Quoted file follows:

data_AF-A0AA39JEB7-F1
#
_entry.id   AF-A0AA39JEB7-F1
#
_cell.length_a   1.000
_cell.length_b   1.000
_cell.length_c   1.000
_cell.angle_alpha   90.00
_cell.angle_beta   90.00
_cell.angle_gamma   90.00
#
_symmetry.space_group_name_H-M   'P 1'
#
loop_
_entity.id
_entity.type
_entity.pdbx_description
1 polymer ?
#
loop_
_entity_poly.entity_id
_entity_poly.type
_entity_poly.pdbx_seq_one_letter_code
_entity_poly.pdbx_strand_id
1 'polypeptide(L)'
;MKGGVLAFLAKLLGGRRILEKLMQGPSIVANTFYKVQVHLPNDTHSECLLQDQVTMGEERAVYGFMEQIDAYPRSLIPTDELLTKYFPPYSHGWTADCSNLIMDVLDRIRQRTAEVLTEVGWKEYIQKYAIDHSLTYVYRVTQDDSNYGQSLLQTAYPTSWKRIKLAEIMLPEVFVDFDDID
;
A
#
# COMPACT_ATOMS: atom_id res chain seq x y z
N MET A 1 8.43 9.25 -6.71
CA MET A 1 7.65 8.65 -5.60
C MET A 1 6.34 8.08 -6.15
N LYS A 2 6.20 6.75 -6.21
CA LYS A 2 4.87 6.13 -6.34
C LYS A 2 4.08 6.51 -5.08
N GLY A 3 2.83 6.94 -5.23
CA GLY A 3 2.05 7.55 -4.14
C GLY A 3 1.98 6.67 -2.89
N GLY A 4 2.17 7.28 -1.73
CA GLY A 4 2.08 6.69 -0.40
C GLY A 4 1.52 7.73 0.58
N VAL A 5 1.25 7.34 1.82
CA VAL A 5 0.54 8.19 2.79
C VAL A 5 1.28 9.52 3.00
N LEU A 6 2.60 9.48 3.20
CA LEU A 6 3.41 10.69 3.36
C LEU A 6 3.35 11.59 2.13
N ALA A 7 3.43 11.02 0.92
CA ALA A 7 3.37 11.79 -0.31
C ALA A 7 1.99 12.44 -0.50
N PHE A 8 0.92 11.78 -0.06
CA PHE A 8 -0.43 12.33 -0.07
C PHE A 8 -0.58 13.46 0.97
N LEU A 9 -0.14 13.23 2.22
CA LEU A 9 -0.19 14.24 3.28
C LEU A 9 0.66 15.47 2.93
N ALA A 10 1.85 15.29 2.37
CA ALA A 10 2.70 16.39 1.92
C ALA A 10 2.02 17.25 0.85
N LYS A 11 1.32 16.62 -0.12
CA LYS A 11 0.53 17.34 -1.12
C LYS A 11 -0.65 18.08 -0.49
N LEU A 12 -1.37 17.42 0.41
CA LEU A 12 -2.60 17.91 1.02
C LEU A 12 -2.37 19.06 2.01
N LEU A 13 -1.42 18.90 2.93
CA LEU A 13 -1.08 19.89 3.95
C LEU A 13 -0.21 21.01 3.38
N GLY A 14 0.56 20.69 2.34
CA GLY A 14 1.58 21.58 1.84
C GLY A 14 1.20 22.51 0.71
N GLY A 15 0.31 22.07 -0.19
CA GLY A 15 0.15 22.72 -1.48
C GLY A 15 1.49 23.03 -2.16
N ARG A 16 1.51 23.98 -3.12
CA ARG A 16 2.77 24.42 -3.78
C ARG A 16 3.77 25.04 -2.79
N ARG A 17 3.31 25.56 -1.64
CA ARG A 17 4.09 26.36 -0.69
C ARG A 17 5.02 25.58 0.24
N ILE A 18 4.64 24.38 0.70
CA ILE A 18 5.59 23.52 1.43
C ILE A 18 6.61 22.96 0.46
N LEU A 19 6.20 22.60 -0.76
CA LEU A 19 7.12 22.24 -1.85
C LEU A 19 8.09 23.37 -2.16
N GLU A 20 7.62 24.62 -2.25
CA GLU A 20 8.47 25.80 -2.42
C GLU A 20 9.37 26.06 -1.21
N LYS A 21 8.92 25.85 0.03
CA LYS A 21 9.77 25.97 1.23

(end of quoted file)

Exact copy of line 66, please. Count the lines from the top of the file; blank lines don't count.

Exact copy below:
C LEU A 12 -2.37 19.06 2.01